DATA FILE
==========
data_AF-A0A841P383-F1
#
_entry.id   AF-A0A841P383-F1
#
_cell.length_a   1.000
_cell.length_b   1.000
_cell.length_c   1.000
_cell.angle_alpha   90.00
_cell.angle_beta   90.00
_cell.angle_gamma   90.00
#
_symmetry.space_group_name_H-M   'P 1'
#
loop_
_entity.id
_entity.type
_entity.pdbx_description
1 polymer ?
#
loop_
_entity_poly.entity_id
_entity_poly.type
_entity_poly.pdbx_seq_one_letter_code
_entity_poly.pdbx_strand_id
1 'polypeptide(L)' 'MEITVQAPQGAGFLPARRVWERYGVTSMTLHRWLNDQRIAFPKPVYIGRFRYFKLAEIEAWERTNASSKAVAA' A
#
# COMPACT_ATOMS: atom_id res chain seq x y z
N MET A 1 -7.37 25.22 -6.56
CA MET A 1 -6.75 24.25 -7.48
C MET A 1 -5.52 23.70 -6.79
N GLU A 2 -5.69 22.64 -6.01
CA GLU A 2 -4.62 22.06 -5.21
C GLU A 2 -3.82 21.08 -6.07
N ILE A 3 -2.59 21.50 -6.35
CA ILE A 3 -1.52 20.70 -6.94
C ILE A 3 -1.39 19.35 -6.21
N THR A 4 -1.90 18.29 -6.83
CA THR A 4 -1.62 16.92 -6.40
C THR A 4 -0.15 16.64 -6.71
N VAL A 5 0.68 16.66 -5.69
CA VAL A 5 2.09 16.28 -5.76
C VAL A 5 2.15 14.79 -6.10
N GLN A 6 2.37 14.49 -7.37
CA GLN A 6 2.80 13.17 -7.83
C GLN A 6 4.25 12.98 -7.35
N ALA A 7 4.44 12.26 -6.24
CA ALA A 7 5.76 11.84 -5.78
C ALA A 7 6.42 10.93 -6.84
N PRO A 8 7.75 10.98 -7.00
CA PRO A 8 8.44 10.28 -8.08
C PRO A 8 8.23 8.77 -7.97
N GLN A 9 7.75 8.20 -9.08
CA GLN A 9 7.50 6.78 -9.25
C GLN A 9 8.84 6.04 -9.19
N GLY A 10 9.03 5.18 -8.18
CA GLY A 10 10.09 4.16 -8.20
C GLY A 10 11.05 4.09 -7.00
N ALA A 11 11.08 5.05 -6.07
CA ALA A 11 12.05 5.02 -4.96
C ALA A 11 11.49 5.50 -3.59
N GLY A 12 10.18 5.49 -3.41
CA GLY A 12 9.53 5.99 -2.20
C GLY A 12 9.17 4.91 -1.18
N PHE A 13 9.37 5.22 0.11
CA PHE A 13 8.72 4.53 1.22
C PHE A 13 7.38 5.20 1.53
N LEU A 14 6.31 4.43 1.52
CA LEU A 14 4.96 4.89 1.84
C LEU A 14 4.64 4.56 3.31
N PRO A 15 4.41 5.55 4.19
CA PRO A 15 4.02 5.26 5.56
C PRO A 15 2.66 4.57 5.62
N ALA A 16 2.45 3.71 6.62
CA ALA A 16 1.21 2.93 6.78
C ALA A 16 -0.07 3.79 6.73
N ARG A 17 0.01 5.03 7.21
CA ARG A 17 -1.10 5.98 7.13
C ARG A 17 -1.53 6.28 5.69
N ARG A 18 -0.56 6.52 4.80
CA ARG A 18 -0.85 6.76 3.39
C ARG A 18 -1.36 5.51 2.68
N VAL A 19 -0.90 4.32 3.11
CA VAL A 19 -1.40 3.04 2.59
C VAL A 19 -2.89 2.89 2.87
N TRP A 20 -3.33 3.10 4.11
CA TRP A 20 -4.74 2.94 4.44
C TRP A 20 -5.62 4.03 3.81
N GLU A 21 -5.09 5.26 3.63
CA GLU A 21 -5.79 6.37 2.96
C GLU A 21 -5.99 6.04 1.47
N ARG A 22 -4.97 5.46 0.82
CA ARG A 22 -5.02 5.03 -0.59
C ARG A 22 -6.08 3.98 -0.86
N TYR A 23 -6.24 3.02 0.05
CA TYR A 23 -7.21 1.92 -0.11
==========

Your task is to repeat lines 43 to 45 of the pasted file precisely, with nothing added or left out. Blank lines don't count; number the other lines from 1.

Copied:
N GLN A 6 2.37 14.49 -7.37
CA GLN A 6 2.80 13.17 -7.83
C GLN A 6 4.25 12.98 -7.35